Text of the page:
Day One of lockdown: Cases 283.
"Is it Thursday today?" my son asks. Three days in the house and we're already losing track of time. We have three kids online doing school work and two parents also online trying to work. The internet is frustratingly slow and keeps dropping out. We've run out of bread. I keep intending to do the whole earth mother thing and bake some but I only remember when I'm hungry which is useless. When I finally get organised to brave the supermarket, clutching my weekly list, husband insists I wear a face mask. To coin a favourite phrase of my oldest son, I feel (and certainly look) like a right dick with one on. But when I get in there, there's a few other right dicks with face masks on too. I buy what I hope is enough food to last my family a week. After I get home, I sneak a look at Facebook. From my news feed, the isolation has clearly got to a few already. I think they missed Jacinda's 'be kind' memo. Be kind people, be kind.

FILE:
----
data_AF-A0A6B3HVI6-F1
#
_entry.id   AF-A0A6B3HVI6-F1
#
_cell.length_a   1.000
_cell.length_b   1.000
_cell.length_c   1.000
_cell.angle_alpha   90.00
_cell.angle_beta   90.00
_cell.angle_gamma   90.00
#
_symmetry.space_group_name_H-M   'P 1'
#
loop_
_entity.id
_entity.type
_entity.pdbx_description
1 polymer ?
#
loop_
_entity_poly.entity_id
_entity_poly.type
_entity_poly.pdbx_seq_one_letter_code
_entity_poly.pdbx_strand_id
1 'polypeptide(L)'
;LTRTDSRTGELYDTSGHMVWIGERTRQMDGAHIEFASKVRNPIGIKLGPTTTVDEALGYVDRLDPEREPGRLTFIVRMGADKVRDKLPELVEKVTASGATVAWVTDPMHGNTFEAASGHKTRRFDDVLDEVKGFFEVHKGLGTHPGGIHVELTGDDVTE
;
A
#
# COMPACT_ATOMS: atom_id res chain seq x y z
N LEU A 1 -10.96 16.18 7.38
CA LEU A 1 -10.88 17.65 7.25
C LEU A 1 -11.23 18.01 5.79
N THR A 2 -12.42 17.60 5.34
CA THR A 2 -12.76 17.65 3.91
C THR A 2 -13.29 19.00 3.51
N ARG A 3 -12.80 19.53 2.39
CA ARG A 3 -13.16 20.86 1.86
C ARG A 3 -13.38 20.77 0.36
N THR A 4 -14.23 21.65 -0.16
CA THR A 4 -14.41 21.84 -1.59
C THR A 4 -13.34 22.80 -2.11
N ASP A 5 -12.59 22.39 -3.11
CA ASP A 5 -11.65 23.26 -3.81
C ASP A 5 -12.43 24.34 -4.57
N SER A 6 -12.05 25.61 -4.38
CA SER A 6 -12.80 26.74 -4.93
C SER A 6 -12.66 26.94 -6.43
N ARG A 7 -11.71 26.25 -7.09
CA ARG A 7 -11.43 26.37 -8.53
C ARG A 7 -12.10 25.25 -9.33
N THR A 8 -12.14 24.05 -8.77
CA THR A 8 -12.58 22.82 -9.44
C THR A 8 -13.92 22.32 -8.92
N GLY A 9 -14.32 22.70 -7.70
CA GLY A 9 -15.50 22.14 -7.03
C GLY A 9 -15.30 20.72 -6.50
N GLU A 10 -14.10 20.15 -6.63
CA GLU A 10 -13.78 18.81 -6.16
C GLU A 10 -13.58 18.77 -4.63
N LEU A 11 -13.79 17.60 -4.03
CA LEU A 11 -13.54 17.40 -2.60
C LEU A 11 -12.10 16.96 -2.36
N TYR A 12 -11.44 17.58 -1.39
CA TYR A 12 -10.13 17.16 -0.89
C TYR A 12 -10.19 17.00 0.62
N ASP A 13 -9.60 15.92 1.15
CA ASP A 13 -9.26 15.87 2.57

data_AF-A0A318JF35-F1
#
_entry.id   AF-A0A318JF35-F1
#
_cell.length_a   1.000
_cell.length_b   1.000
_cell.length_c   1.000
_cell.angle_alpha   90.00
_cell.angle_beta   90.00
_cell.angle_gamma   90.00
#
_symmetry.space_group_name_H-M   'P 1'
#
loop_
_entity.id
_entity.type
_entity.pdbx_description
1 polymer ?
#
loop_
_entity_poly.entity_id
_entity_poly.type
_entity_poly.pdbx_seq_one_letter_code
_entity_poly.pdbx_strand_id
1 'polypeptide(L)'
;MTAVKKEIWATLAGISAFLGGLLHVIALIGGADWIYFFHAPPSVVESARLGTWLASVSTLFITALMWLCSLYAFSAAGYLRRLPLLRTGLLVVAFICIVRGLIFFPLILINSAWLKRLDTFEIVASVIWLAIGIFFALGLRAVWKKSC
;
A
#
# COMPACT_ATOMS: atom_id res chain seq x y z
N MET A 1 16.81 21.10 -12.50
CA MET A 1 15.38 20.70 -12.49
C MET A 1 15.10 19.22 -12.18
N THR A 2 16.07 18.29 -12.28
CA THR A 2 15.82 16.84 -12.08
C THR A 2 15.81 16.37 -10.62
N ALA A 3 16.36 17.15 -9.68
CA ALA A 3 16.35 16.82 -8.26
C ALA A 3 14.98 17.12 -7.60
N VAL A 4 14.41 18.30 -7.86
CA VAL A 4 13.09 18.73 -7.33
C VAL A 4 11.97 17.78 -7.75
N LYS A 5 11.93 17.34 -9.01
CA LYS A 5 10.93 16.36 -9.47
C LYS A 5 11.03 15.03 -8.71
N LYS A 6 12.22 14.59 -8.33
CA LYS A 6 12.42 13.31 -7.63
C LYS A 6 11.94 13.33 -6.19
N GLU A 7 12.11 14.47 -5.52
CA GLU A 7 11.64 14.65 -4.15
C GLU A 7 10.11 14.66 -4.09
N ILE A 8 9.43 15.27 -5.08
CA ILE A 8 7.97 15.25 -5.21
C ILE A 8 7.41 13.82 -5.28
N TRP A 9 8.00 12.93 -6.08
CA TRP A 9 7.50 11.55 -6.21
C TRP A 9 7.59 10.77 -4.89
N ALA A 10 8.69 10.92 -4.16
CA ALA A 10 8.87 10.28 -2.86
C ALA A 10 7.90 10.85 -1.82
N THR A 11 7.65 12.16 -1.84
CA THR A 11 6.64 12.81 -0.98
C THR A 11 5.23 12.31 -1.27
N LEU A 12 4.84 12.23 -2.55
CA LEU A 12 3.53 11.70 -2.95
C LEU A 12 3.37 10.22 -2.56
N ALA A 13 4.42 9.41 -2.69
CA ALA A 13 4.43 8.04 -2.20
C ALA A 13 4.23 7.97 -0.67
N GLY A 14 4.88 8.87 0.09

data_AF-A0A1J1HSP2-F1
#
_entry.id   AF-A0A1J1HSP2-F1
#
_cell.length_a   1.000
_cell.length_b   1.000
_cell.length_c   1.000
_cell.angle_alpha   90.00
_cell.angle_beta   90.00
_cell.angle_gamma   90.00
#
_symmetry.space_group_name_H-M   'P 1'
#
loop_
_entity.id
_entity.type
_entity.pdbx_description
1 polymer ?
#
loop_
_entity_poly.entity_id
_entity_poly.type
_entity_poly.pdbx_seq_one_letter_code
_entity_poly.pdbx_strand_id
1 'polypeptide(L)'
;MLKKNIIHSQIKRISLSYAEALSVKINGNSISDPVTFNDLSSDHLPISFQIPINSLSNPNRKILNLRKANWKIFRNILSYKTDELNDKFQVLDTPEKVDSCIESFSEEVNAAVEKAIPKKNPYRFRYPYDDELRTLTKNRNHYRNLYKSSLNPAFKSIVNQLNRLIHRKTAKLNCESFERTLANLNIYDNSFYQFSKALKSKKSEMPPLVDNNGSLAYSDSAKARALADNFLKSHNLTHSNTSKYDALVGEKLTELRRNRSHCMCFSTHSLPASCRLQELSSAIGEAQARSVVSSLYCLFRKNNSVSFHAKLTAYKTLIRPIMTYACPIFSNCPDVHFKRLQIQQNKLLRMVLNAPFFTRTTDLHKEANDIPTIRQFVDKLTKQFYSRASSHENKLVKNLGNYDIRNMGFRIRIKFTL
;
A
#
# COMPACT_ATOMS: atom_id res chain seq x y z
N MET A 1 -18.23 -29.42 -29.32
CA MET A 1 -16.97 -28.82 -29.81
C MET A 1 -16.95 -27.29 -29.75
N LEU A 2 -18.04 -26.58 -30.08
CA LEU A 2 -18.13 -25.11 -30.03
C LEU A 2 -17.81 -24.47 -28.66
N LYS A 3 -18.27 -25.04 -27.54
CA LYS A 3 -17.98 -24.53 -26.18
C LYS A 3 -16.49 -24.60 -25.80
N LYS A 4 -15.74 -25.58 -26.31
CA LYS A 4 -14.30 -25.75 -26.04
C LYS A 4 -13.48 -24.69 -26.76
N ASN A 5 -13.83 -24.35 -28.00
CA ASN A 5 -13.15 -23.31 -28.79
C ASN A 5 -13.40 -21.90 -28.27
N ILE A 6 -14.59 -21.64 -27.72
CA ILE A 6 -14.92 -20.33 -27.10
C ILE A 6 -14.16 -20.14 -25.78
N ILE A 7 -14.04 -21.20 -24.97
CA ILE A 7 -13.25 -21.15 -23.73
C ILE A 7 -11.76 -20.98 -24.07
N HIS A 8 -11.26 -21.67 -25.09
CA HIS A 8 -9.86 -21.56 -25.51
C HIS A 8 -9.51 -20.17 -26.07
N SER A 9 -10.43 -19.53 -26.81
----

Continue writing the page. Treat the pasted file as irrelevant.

Day Two: Cases 368
I thought I would have a lot of time to read books and watch movies. But it's two days of lockdown and so far I haven't watched a single movie or read even a page of my book. I don't know where the time goes, but it goes really fast. Our morning pleasure is reading the NZ Herald which gets devoured from cover to cover although my husband always gets to the sudoku first. I get out of the house once a day and go for a bike ride or walk. But so far, there's not been much time left over for anything else. Once you factor in work and cooking and housework and being with the family, it's actually surprisingly busy being locked down. Even the kids' pet bunnies are busy - they're rearranging the stones on the patio in a possible precursor to digging their way to freedom.
Day Three: Cases 451